Friday, January 14, 2011

Trail of the Pirates: St. Augustine Pirate and Treasure Museum

Trail of the Pirates is a travel series exploring maritime history, culture and lore between Key West and St. Augustine on the east coast of Florida.

st. augustine pirate and treasure museum jolly roger flagAn original Jolly Roger flag on display at the museum.


After four days of learning as much as I could about pirates on the east coast of Florida, I finally arrived in St. Augustine, just in time to interview Pat Croce, founder of the St. Augustine Pirate and Treasure Museum. The museum used to be located in Key West but found a new home in the nation's oldest city, which is fitting, considering that St. Augustine was a strategic port and subject to pirate raids during its Spanish history.

Pat Croce is a modern-day renaissance man -- he's done everything from pioneering work in sports medicine, to serving as president of the Philadelphia 76ers and working as author and motivational speaker. But it's his passion for pirates, which he has cultivated since childhood, as well as his boundless and infectious enthusiasm on the subject, that inspired the museum. Over the years, he has collected authentic artifacts from all over the world, many of which are on display at the museum.

The museum was still under construction when I interviewed Croce. As busy as he was, he took a few minutes to speak with me. I think it was this conversation that really "hooked" me on pirate history. There's a real personal passion behind this museum; it's no ordinary attraction.


As fate would have it, I would return to St. Augustine in January during which time I had an opportunity to tour the museum fully completed and open to the public.

Located across the street from the fort (the Castillo de San Marcos, completed in 1695), the museum brings pirate history to life with beautiful displays, theatrical lighting, sounds and even smells. It's an interesting, more high-tech complement to St. Augustine's historic Spanish quarter, which is already a rich destination for authentic living history experiences.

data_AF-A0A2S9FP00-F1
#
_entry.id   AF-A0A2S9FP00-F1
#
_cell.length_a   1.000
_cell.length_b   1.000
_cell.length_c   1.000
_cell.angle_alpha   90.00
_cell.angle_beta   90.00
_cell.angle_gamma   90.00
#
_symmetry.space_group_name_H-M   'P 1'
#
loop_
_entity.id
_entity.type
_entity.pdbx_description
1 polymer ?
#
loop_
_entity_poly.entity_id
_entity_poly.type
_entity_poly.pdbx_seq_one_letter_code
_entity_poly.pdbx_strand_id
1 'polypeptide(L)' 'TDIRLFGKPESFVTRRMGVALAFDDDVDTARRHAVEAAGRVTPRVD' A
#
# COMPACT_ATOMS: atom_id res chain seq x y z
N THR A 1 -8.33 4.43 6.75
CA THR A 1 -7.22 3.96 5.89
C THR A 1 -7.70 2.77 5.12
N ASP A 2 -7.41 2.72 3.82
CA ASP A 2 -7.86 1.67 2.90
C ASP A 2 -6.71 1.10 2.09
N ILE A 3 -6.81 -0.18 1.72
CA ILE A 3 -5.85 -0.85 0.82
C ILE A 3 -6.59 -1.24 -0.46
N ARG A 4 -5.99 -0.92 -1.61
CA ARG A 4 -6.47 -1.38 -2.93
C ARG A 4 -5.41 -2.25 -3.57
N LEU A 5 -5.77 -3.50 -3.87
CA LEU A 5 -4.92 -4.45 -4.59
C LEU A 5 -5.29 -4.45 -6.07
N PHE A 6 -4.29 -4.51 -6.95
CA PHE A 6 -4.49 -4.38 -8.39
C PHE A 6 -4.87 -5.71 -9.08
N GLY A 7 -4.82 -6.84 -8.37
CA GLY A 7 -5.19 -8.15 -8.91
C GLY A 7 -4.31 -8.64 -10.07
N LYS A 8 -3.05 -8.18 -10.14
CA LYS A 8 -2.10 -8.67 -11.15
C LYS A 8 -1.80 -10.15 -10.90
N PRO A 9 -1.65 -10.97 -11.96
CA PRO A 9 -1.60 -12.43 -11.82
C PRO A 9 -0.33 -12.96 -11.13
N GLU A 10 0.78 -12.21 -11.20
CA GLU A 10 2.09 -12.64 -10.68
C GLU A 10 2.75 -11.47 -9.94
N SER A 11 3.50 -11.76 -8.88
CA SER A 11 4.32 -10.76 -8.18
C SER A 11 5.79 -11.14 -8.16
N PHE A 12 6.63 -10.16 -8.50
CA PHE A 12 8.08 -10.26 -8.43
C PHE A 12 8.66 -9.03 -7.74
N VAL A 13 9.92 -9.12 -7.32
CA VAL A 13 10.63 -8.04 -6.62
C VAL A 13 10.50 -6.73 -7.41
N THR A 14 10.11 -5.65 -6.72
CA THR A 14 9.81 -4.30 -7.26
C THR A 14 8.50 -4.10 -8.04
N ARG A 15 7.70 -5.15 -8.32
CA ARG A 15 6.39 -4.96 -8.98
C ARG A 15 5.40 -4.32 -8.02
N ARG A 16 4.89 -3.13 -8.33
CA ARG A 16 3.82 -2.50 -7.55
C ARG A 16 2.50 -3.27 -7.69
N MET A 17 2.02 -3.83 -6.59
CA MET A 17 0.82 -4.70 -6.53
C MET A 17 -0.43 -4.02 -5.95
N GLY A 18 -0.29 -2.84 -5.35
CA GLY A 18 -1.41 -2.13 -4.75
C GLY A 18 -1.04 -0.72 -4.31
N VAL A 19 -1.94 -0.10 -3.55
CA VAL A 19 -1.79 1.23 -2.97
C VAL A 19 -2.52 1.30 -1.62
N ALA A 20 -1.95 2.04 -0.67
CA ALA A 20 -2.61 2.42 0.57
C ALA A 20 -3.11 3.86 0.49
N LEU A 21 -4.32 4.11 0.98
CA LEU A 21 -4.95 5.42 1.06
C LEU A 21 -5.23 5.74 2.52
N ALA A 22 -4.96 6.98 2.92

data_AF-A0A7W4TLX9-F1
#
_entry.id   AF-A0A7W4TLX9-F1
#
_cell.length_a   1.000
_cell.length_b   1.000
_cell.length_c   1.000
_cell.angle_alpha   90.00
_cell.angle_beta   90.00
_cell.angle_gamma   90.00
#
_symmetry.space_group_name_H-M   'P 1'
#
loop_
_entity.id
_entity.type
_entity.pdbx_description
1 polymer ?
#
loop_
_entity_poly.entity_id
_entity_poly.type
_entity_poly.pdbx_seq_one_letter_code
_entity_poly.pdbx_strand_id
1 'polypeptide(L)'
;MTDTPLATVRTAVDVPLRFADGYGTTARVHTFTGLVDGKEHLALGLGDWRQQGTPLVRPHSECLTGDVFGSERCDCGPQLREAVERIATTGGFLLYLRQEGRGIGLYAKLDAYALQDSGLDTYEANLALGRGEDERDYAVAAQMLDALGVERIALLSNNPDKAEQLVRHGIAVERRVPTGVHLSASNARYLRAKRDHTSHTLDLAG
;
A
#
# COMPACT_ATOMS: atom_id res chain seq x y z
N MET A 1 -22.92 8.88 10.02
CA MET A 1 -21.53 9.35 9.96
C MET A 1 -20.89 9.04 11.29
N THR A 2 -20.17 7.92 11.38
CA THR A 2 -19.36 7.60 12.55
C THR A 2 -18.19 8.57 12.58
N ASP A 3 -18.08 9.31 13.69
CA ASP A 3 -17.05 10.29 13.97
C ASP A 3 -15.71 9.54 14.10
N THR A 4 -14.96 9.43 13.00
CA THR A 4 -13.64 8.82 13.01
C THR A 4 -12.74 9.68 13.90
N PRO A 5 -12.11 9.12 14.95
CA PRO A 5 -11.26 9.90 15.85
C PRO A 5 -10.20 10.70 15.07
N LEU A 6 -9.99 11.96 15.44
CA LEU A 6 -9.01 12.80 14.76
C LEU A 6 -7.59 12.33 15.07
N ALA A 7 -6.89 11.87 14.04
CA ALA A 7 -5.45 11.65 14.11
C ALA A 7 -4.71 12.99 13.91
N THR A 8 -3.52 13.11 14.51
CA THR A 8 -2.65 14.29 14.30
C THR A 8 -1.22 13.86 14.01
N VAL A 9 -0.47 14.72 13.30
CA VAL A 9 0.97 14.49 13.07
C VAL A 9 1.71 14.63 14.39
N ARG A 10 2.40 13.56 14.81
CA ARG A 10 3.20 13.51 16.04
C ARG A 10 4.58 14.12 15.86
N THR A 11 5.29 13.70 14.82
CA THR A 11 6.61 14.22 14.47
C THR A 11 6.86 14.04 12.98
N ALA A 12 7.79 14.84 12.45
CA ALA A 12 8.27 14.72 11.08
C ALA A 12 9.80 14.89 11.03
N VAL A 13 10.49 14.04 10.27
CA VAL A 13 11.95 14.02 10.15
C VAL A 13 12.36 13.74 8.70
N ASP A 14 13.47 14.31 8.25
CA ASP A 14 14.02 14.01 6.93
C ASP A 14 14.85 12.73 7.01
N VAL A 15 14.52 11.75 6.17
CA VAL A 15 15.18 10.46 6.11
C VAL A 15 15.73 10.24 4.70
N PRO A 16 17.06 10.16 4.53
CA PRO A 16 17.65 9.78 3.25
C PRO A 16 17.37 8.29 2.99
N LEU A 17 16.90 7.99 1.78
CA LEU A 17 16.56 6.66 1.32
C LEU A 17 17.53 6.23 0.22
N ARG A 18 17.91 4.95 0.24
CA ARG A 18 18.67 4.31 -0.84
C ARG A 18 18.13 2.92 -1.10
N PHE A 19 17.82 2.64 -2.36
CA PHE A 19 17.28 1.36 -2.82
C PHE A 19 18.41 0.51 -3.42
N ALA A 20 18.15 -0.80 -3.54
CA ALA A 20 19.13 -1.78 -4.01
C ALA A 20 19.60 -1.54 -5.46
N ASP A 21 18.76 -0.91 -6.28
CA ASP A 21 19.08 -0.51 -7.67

Give yourself at least two leisurely hours to see and read everything -- interactive displays feature touch screens and video, making it easy to learn quite a bit of "serious" history in a fun way. Kids will love this, but so will grown ups. And while it has some magic touches by Disney Imagineers, it's not Disney in a kitschy way.

st. augustine pirate and treasure museum chest One of two original chests on display at the museum.

I especially enjoyed the replica of Port Royal, a prosperous yet decadent city in Jamaica that earned a reputation as the Caribbean's wickedest. Port Royal was also an infamous pirate stronghold and was struck by a devastating earthquake in 1692.

The Rogue's Tavern features paintings of many famous pirates, some of whom had dealings in Florida, including Andrew Ranson, who escaped execution in 1684 and helped build the fort across the street and Louis Aury, a French corsair who controlled Amelia Island just north of St. Augustine in 1817.

Particularly fascinating are photos from an archeological dig that prove English privateer Sir Francis Drake burned St. Augustine down to the ground in 1586. But Drake would not be the only unwelcome Englishman. In 1668, another privateer, Robert Searles, sacked the town, murdered residents and ransomed hostages. Those he considered not of pure Spanish blood were selected to be sold as slaves in the Caribbean. It was this raid that prompted Spain to build the fort that would eventually protect its interests in Florida.

This museum was definitely one of the highlights of my pirate journey. Not only was I standing on ground zero of past pirate attacks, but I could really connect the dots -- the Caribbean, the Spanish Main, riches and treasures, pirates, politics and war -- all of it deeply part of Florida and the amazing city of St. Augustine.


History Miami museum did an exhibit about the Jamaican City of Port Royal in 2007. Read more about it at Miami Beach 411.

If you recall my Treasure Coast segment, Henry Jennings, who raided the sunken Spanish 1715 fleet, hailed from Port Royal. And speaking of the Treasure Coast, some jewels and artifacts on display at St. Augustine Pirate and Treasure Museum are on loan from The Florida Division of Historical Resources. Chances are, some of those were probably salvaged from watery depths by Florida treasure hunter Mel Fisher.

How well do you know your pirate history? Follow the St. Augustine Pirate and Treasure Museum on Twitter and Facebook for weekly contests.


Special thanks to Annie's Costumes, Visit Florida, Florida's Historic Coast and Hilton St. Augustine for supporting this part of the journey.

PHOTO CREDIT: St. Augustine Pirate and Treasure Museum

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